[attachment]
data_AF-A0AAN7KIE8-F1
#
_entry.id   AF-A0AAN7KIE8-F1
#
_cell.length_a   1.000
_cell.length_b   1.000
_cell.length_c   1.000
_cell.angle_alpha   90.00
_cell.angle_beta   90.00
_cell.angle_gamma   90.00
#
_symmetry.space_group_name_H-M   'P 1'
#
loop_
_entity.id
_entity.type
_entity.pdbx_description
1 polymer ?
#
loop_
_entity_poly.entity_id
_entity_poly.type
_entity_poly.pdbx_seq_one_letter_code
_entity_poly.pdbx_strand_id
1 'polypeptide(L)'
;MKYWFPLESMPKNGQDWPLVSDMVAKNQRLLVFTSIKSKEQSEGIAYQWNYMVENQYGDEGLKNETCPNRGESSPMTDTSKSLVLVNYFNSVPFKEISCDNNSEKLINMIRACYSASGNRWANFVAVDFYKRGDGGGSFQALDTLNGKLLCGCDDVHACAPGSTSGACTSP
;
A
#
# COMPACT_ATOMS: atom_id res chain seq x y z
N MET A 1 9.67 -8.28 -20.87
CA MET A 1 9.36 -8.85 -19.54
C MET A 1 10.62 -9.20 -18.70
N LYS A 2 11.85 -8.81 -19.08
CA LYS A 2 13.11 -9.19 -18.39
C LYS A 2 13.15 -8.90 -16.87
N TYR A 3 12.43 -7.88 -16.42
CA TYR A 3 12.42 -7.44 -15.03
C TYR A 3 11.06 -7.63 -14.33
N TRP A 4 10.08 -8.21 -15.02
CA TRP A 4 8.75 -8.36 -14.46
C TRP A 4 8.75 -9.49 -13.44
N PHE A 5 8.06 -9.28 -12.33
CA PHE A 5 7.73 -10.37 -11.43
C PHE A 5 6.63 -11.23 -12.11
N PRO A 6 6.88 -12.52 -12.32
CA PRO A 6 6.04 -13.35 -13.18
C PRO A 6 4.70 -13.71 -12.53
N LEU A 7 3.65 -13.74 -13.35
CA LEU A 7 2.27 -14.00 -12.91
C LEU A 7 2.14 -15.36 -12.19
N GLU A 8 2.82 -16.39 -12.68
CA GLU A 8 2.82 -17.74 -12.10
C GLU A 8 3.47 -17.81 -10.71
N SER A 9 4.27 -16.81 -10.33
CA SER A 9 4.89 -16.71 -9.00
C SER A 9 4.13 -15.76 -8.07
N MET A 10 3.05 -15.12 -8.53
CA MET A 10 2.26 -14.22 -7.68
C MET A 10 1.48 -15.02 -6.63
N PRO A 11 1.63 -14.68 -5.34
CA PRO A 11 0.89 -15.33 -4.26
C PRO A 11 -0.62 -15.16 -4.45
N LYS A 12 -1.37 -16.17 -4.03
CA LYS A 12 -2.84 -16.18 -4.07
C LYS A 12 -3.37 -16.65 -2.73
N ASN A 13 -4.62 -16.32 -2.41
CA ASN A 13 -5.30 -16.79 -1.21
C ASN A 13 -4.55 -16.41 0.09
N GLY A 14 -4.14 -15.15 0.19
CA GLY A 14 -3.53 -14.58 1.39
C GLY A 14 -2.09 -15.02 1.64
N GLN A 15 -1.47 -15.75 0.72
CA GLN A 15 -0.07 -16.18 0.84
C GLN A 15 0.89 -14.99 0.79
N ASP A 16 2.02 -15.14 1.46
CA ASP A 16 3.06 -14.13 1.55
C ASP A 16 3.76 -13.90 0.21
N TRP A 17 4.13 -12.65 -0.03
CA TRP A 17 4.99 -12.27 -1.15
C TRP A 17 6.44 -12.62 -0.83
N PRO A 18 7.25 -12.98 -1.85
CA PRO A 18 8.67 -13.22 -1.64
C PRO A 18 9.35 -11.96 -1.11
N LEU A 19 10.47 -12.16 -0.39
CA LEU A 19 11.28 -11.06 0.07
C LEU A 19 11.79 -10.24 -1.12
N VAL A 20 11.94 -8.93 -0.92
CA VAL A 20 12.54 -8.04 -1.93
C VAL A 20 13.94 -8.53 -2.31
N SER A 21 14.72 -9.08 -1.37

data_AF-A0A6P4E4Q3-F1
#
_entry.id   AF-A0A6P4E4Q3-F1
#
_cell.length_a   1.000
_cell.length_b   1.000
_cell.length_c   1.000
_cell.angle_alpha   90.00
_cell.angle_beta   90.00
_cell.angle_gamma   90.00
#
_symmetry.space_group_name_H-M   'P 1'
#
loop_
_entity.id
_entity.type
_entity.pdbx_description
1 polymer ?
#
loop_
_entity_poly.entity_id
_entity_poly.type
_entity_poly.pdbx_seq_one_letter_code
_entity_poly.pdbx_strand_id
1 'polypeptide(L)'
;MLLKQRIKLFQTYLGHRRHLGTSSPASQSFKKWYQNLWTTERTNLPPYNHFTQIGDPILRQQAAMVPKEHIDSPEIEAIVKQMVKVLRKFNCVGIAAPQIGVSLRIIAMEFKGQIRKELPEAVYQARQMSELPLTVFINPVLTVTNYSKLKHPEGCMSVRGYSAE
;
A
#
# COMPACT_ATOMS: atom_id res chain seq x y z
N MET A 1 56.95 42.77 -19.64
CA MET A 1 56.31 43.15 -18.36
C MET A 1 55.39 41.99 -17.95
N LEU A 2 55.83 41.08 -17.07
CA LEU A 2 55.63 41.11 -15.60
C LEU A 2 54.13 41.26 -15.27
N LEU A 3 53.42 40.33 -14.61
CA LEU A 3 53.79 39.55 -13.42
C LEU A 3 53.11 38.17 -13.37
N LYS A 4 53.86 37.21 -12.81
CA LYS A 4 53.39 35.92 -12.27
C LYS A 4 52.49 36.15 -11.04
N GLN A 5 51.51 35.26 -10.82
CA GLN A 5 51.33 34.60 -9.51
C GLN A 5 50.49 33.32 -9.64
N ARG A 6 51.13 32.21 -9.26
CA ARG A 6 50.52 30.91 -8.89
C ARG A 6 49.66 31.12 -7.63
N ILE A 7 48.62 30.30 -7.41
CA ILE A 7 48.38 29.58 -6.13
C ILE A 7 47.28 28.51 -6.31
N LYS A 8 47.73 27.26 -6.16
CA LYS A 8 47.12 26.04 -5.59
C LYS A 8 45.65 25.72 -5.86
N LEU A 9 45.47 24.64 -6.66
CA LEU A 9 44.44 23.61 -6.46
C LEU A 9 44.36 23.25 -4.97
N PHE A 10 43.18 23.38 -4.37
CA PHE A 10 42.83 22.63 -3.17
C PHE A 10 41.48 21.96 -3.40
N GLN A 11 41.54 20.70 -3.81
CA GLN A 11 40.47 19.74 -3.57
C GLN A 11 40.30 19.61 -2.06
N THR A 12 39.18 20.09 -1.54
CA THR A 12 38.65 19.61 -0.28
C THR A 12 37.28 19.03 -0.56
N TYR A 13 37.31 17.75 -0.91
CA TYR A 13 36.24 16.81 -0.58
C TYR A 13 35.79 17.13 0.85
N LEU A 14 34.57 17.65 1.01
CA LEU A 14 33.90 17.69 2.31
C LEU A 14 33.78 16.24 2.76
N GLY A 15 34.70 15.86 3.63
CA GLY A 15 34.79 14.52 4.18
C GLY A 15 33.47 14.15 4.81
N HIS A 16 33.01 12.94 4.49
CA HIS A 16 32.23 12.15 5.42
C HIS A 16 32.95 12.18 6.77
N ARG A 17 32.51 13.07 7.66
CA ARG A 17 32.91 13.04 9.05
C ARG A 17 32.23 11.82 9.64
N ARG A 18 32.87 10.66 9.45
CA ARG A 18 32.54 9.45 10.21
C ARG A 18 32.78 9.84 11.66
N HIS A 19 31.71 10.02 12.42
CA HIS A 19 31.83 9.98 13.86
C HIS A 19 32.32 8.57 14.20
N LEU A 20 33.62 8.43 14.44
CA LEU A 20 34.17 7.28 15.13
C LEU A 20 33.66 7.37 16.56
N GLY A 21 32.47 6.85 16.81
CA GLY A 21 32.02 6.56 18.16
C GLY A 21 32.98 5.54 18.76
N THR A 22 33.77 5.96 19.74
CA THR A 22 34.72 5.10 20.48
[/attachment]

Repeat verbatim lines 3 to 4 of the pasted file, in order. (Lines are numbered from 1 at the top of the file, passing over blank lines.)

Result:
_entry.id   AF-A0AAN7KIE8-F1
#